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Science Fiction, Fantasy & Horror Authors

L. P. Hartley

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L. P. Hartley

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Full Name: Leslie Poles Hartley
Born: December 20, 1895
Whittlesay, Cambridgeshire, England, UK
Died: December 13, 1972
London, England, UK
Occupation: Writer
Nationality: British


Leslie Poles Hartley was the son of Bessie and Harry Bark Hartley, a solicitor and a JP. He had two sisters, Enid and Annie Norah. While he was young, the family moved to Fletton Tower, a small country estate near Peterborough. Hartley was educated in Cliftonville, Thanet, then briefly at Clifton College, where he first met Clifford Henry Benn Kitchin, then at Harrow. In 1915, during the First World War, he went up to Balliol College, Oxford, to read modern history, and there he befriended Aldous Huxley. This was a time when most of his contemporaries were volunteering for the armed services instead of pursuing university careers.

In 1916, with the arrival of conscription, Hartley joined the army, and in February 1917 he was commissioned as an officer in the Norfolk Regiment, but for health reasons he was never posted overseas for active duties. Invalided out of the army after the war, he returned to Oxford in 1919, where he gathered a number of literary friends, including Lord David Cecil.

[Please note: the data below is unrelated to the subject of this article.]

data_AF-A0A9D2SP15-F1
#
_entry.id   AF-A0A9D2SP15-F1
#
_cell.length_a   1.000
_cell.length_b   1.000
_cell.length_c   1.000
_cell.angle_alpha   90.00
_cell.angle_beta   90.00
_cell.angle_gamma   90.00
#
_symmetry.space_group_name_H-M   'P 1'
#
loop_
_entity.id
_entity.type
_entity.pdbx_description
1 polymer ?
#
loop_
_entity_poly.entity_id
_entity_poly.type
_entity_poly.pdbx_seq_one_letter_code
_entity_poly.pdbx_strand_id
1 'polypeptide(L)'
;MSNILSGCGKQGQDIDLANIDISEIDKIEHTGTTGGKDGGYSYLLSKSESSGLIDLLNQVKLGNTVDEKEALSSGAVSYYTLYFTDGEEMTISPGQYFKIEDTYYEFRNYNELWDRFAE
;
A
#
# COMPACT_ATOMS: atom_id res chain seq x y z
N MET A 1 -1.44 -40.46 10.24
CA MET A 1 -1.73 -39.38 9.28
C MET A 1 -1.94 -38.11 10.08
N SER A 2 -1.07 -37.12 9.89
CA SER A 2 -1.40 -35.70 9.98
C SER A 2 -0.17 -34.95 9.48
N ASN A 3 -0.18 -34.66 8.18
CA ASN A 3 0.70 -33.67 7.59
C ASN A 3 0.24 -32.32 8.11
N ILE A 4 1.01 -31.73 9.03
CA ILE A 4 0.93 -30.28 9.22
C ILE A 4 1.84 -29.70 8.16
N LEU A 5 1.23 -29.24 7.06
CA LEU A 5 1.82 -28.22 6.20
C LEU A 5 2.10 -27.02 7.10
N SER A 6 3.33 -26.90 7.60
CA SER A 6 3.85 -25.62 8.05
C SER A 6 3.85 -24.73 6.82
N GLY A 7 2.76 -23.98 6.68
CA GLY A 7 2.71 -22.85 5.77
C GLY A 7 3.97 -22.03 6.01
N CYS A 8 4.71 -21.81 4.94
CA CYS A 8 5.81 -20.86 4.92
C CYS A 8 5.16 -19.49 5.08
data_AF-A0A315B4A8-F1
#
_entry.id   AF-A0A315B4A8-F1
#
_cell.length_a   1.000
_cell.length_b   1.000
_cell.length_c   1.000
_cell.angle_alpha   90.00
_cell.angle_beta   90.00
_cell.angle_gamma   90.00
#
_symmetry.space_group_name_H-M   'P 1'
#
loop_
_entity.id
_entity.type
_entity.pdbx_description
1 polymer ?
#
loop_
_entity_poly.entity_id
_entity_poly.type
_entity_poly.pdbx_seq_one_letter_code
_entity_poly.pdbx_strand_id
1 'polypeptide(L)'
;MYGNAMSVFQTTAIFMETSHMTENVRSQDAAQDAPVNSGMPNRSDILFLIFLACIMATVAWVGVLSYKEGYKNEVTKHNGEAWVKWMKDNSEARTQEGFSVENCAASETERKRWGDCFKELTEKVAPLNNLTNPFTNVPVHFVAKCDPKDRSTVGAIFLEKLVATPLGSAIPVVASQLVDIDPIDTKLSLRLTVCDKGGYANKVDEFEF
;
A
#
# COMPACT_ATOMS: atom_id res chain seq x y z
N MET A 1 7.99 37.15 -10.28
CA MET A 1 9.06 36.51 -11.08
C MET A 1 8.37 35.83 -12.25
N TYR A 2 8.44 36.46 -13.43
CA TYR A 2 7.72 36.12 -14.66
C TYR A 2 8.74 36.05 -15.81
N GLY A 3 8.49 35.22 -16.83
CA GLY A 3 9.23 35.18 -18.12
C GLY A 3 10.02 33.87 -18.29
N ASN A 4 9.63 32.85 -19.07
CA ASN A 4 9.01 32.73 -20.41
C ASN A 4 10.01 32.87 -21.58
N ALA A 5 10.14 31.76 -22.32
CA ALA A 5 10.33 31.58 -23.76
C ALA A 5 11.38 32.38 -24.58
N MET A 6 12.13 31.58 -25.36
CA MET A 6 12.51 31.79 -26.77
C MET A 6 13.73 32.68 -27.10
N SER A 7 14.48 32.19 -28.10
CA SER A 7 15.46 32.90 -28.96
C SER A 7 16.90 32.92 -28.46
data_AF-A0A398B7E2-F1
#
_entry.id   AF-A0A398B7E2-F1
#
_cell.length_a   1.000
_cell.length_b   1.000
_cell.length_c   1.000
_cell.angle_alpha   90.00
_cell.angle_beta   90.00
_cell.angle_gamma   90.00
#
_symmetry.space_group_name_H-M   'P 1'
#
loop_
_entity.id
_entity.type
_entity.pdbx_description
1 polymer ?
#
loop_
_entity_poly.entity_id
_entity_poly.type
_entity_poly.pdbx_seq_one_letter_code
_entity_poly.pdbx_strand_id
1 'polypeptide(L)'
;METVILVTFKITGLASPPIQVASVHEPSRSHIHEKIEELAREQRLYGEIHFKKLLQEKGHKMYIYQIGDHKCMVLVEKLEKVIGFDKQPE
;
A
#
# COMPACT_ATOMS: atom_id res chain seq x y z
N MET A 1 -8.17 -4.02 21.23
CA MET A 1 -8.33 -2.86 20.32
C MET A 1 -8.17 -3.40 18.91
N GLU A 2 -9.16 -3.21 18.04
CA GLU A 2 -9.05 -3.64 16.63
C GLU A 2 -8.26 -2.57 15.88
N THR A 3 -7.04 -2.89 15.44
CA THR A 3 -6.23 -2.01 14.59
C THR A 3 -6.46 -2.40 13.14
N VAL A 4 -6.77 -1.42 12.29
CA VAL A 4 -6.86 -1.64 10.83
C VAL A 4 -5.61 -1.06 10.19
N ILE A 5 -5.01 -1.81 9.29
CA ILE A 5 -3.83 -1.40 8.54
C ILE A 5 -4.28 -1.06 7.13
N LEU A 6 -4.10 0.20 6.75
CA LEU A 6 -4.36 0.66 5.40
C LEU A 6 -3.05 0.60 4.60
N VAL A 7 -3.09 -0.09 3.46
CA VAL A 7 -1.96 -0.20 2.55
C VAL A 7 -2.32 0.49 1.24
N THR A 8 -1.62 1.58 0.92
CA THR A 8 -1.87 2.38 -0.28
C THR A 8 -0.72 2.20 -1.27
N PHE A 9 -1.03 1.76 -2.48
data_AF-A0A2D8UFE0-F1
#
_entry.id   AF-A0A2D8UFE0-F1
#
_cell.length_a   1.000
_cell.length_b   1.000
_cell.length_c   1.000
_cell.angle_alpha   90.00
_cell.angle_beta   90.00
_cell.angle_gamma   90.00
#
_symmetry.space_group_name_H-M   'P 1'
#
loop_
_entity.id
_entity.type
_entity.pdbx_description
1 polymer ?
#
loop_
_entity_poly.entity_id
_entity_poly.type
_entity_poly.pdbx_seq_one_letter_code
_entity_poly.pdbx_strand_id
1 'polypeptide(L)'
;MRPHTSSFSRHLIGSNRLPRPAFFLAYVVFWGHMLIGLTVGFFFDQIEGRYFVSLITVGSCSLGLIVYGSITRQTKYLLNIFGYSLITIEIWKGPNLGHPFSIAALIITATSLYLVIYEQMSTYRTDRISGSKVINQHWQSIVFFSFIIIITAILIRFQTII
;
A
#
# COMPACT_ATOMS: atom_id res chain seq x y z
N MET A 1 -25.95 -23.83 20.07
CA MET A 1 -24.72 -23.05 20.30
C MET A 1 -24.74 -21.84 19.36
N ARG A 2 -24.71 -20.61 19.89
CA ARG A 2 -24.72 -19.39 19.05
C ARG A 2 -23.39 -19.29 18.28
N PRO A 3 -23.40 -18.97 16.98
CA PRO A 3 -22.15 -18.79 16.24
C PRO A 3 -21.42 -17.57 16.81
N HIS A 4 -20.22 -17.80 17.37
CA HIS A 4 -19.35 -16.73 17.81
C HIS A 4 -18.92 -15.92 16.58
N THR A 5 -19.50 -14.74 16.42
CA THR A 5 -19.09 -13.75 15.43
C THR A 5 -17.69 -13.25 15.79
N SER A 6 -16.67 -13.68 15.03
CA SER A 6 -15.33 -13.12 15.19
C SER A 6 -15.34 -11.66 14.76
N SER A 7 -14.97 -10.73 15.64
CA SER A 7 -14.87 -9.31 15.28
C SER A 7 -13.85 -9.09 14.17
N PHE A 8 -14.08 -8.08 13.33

Some of Hartley's early work was published in Oxford Poetry in 1920 and 1922. In 1920 he edited Oxford Outlook, with Gerald Howard and A. B. B. Valentine, and in 1921 with Basil Murray and Christopher Hollis. At this time he was introduced by Huxley to Lady Ottoline Morrell. Kitchin, who was also then at Oxford, introduced him to the family of H. H. Asquith, and Cynthia Asquith became a lifelong friend. Despite being named after Leslie Stephen, Hartley always belonged to the Asquith set and was rebuffed by the Bloomsbury group.

After his years at Oxford, Hartley became a book reviewer. Although he enjoyed rapid social success, his career as a writer failed to take off, and he was unhappy. In 1922 he suffered a nervous breakdown. Soon afterwards he started spending much of his time in Venice, and he continued to do so for many years. Hartley was homosexual but not open about his sexuality until toward the end of his life. Hartley regarded his 1971 novel The Harness Room as his "homosexual novel" and feared the public reaction to it.

Until the success of The Go-Between Hartley had little commercial recognition, although in 1947 he was awarded the James Tait Black Memorial Prize for his novel Eustace and Hilda, and in 1956 he was appointed a Commander of the Order of the British Empire.

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